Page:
All posts tagged Poetry Contest

Canada Reads – Poetry

Canada Reads Poetry announces panellists, books

CBC News

Posted: Apr 8, 2011 12:26 PM ET

Last Updated: Apr 8, 2011 12:26 PM ET

Susan Musgrave is defending Selected Poems by Alden Nowlan, who died in 1983.
Susan Musgrave is defending Selected Poems by Alden Nowlan, who died in 1983. (Bruce Stotsebury)

CBC’s online books portal is launching a new version ofCanada Reads devoted to collections of poetry.

Five panelists — all poets — will defend their selections online and in essays published in the National Post newspaper over the next three weeks.

The debate will end with a live online chat. Then the public will choose a winner in a vote to end April 26.

The books chosen included works by acclaimed writers such as the late Alden Nowlan, a Fredericton poet and past winner of the Governor General’s Literary Award, and Toronto’s Dionne Brand, who was nominated earlier this week for the Griffin and Pat Lowther poetry prizes.

The full list of competitors, with their defenders:

  • Forage by Rita Wong, defended by Sonnet L’Abbé.
  • Nox by Anne Carson, defended by Anne Simpson.
  • Inventory by Dionne Brand, defended by George Murray.
  • Selected Poems by Alden Nowlan, defended by Susan Musgrave.
  • Sheep’s Vigil by a Fervent Person by Erin Mouré, defended by Jacob McArthur Mooney.

Sheep’s Vigil is a translation, from the original Portuguese, of O Guardador de Rebanhos by 1920s and ’30s poet Fernando Pessoa, who wrote under the name Alberto Caeiro.

Carson draws on the Roman poet Catullus in her unusual, hand-bound book Nox, which is reflection on the loss of her brother.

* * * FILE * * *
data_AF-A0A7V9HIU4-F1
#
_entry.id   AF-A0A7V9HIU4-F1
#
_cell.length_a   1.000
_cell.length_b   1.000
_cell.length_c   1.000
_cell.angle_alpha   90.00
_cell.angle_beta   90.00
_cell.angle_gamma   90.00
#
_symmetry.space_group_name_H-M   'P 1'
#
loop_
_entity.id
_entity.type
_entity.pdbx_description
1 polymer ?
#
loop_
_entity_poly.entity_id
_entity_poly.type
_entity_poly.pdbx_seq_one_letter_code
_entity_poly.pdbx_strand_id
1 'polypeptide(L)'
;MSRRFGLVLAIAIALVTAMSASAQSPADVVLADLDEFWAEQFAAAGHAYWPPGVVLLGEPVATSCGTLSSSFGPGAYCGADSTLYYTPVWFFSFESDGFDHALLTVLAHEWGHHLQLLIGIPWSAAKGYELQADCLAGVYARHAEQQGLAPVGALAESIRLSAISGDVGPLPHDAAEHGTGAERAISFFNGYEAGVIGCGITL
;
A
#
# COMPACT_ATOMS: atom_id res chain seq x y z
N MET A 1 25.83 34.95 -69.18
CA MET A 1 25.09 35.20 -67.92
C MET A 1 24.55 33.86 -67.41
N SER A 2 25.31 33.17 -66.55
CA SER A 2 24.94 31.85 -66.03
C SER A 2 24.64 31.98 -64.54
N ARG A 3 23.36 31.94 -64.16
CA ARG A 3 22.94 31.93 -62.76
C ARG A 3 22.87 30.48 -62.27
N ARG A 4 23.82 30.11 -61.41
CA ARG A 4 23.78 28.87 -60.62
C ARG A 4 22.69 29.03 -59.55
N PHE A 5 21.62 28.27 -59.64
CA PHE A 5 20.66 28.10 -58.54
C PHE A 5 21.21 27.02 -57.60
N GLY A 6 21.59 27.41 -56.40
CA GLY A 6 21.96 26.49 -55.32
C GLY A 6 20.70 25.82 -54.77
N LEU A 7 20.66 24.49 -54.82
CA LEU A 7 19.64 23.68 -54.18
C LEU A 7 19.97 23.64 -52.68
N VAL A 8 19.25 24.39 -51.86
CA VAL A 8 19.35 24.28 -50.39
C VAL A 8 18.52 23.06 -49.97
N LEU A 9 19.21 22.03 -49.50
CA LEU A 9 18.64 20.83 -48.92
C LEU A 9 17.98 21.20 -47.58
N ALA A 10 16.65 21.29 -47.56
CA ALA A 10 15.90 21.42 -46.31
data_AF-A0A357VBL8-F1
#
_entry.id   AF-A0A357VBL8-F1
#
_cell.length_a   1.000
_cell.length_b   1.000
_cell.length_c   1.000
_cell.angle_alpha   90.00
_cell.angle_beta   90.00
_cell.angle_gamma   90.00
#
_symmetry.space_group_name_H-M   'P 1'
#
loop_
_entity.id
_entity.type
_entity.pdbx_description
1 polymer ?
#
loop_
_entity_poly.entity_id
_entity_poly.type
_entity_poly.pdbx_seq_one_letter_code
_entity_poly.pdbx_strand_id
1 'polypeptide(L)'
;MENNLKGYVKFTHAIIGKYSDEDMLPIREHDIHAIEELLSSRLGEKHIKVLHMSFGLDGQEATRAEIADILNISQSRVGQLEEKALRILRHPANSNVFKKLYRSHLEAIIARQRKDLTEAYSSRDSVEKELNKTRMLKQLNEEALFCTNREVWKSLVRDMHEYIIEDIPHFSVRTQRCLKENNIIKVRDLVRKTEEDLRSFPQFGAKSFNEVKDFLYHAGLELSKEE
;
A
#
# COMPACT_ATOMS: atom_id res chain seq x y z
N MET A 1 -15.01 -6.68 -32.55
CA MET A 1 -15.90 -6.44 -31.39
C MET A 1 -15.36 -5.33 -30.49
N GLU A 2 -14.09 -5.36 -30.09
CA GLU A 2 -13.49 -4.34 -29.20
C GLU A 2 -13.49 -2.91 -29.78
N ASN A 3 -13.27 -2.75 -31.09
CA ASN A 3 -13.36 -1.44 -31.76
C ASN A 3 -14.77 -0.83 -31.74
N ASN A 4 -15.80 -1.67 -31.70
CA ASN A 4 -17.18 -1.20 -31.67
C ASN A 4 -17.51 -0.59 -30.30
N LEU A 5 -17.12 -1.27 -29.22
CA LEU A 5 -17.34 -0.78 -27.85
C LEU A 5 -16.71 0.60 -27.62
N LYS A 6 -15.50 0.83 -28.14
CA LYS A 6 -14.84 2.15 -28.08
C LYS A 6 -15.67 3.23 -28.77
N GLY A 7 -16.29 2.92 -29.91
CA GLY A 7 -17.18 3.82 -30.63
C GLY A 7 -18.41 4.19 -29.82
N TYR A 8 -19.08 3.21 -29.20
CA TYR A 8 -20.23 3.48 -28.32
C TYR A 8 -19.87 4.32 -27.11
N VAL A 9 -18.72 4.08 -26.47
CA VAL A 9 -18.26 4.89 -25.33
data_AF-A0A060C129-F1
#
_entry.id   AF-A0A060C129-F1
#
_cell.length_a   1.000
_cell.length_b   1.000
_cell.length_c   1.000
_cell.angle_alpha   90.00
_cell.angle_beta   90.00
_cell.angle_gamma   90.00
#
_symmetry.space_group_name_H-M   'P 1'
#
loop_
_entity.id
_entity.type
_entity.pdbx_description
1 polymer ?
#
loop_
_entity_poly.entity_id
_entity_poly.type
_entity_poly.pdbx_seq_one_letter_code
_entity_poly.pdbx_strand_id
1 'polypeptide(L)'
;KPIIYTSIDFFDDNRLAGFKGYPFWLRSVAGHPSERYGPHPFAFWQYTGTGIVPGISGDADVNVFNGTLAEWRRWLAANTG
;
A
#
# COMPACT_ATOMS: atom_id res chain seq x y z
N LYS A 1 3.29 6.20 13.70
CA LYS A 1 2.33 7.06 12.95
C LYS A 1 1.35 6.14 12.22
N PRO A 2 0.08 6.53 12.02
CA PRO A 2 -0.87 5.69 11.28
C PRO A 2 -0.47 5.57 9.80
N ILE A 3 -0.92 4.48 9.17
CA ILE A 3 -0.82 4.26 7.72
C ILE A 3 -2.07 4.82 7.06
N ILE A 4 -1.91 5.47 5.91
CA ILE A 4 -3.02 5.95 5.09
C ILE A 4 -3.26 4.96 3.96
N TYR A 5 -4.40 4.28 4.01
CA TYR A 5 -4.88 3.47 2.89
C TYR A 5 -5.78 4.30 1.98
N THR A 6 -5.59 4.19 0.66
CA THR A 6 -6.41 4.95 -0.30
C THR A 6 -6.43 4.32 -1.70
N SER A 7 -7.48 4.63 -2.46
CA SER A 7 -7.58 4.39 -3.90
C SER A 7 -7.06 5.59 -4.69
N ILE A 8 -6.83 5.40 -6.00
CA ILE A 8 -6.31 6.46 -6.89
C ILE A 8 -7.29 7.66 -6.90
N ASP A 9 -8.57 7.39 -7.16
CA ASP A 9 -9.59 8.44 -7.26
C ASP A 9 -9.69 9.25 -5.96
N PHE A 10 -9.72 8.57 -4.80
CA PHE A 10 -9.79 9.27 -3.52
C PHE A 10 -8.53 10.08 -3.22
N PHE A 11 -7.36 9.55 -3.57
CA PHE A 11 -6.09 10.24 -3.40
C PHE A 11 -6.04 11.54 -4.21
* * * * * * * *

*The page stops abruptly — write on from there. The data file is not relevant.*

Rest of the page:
Canada Reads Poetry can be followed online at CBC Books.


Will you follow the results of Canada Reads Poetry?  Does reading poems interest you? Why or why not?



Wow! Attention Poets! Well worth entering…

New $50,000 Montreal International Poetry Prize launched

Linda Leith

Globe and Mail Blog
Posted on Monday, March 28, 2011 11:57AM EDT

Literary Montreal is the source of an audacious new literary prize announced late last week: the Montreal International Poetry Prize, which will award $50,000 for a single poem of up to 40 lines written in English.

Billing itself the “World’s Largest Poetry Competition,” the prize is “designed to bring more attention to poetry and to encourage people from all over the world to enter their poems,” according to a press release.

What is innovative about the prize is its encouragement of poems using “any English dialect” and its openness to poets from all over the world, whether previously published or not.

The $50,000 is a gift from a donor who wishes to remain anonymous. “We are currently seeking a sponsor or patron for future years,” explains Peter Abramowicz, the business consultant who is one of the Montreal Prize’s three founders; the others are former investment banker and aspiring writer Len Epp and poet and literary critic Asa Boxer.

Asked to comment on the audacity of launching a globe English poetry prize in Montreal, Epp says, “It’s not necessarily audacious. It’s certainly interesting. We think it’s a great thing for Montreal, not just for the English-speaking community, and we hope that people will share our belief that Montreal is a great cultural city.”

An editorial board of distinguished poets includes Montreal’s Stephanie Bolster and Michael Harris, former Montrealer Eric Ormsby, Australian John Kinsella, Jamaican-born Valerie Bloom, Malawian Frank M. Chipasula, as well as the Nigerian Odia Ofeimun, Mumbai poet Anand Thakore, Sinéad Morrissey from Belfast and London-born Fred D’Aguiar, who grew up in Guyana of Guyanese parents.

The early entry deadline for the competition is April 22, with a final deadline of July 8, 2011. The editorial board will choose the top 50 out of the poems submitted, and these will be published in print and in e-formats by Montreal’s Véhicule Press in fall 2011. The winner of the inaugural prize, chosen by 2011 judge Andrew Motion, will be announced in December.

For more information on the Montreal International Poetry Prize, including entry fees, contact Len Epp or visit


Is anyone out there considering applying to the poetry competition? 

Have you ever won a contest?  What kind?